Thursday, July 16, 2009

Karah Prashad - Sacred Pudding !

Karah Prashad is a sacred pudding made from equal parts of butter, sugar and flour which is prepared in the langar facility, and served during Gurdwara programs. A person preparing prashad is obligated to continually recite Sikh scripture such as: Gurmanter - Waheguru, the Sikh name for God. Mool manter - the opening verse of Guru Granth Sahib. Japji Sahib - the morning prayer of the Sikh. Two freshly washed steel, or iron, cooking pots and a stirring spoon are needed for the preparation of prashad. Set aside a steel or iron bowl (batta) to receive cooked prashad. Makes about 16 servings. View illustrated recipe. Cook Time: 15 minutes Ingredients: 1 cup ghee or 1/2 lb unsalted butter (2 cubes) 1 cup whole grain flour (atta) 1 cup sugar 3 cups water Continual recitation of Japji Sahib, Moolmanter or Gurmanter Preparation: Measure all ingredients. Waheguru. Add sugar to water and set in pot to boil. Ik Onkar. Melt ghee or unsalted butter in a pan. To clarify unsalted butter heat and skim off foamy curds and spoon out solids from bottom of pan. Sat Naam. Add whole grain flour (atta) to melted butter. Karta Purkh. Stir mixture continuously to lightly toast flour. Nirbhao. Continue stirring flour and butter mixture while sugar boils to make light syrup. Butter separates from toasted flour turning a deep golden color with a nutty aroma. Nirvair. Pour boiling sugar syrup into toasted flour and butter mixture. Mixture will sputter. Take care not to be scalded. Stir rapidly until all water is absorbed. Akal Moorit. Keep stirring prashad as it thickens into a firm pudding. Ajoonee. Completely cooked prashad slides easily from pan into a steel bowl or iron batta. Saibhang. Bless the prashad with ardaas.Touch cooled prashad with kirpan at the appropriate time during ardaasRemove five portions to commemorate five beloved panj payara and serve to five Sikhs. Distribute remaining prashad to sangat, members of the congregation. Gur Prashad.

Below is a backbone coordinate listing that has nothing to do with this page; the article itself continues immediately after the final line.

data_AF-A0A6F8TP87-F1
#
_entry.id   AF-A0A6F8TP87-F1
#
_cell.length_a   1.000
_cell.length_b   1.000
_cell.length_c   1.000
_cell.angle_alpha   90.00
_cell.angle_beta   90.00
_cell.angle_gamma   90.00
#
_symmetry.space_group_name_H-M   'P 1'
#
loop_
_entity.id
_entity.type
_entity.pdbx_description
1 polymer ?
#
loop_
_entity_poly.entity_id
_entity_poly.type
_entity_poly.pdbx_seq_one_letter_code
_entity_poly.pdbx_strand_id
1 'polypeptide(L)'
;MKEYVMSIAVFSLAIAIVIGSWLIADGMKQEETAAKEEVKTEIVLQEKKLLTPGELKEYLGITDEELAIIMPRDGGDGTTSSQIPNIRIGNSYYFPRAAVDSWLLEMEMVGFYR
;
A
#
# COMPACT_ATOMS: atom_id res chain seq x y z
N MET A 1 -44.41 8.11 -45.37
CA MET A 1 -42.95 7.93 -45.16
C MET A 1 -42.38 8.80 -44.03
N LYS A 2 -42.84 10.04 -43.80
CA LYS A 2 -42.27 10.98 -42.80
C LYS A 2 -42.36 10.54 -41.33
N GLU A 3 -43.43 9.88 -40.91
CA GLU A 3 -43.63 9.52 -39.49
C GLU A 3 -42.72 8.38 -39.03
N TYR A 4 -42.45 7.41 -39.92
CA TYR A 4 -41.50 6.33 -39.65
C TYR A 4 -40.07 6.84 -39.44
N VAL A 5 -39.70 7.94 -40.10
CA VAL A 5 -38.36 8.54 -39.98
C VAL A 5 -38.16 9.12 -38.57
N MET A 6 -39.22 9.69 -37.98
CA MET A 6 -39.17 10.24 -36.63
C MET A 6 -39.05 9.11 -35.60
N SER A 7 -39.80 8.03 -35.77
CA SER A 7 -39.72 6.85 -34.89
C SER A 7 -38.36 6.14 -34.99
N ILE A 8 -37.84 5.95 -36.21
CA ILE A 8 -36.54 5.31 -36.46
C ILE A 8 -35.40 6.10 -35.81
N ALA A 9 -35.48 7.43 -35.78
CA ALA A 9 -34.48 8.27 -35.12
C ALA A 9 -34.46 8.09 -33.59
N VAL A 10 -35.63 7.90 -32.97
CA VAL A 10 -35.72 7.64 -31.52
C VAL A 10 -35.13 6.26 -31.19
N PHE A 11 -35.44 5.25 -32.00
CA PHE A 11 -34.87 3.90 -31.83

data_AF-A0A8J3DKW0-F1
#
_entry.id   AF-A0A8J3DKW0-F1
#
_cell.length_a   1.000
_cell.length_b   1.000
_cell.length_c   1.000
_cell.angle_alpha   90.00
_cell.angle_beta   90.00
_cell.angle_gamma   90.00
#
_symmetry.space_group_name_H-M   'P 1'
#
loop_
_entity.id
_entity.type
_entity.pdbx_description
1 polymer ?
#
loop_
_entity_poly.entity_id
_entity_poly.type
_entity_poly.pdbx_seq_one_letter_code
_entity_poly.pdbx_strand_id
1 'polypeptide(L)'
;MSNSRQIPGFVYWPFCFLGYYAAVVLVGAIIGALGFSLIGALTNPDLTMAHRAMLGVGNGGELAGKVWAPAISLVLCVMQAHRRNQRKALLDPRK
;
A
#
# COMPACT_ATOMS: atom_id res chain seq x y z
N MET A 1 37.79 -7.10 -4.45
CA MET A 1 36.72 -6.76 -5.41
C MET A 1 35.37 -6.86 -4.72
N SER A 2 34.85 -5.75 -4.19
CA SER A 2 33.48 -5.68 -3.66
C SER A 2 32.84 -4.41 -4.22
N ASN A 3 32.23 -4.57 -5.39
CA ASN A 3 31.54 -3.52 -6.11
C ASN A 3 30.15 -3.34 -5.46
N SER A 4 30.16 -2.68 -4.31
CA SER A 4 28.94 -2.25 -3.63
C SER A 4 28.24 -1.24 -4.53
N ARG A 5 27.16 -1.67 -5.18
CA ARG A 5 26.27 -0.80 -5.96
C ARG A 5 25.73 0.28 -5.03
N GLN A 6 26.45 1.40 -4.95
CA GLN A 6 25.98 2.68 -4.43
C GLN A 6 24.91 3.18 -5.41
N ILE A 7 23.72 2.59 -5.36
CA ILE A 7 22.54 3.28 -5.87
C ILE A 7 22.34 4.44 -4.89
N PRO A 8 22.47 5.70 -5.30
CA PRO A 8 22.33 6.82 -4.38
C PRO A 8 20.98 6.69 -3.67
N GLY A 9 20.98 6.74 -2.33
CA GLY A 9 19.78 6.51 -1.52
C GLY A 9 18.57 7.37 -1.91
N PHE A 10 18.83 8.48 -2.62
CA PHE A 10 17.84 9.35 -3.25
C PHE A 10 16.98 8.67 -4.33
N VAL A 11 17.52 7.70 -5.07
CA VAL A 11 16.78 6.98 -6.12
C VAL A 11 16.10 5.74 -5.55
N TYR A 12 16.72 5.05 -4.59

1 comment:

Preet said...

Good to see someone doing a blog post on the 'Karah Prashad' - a fresh breathe indeed!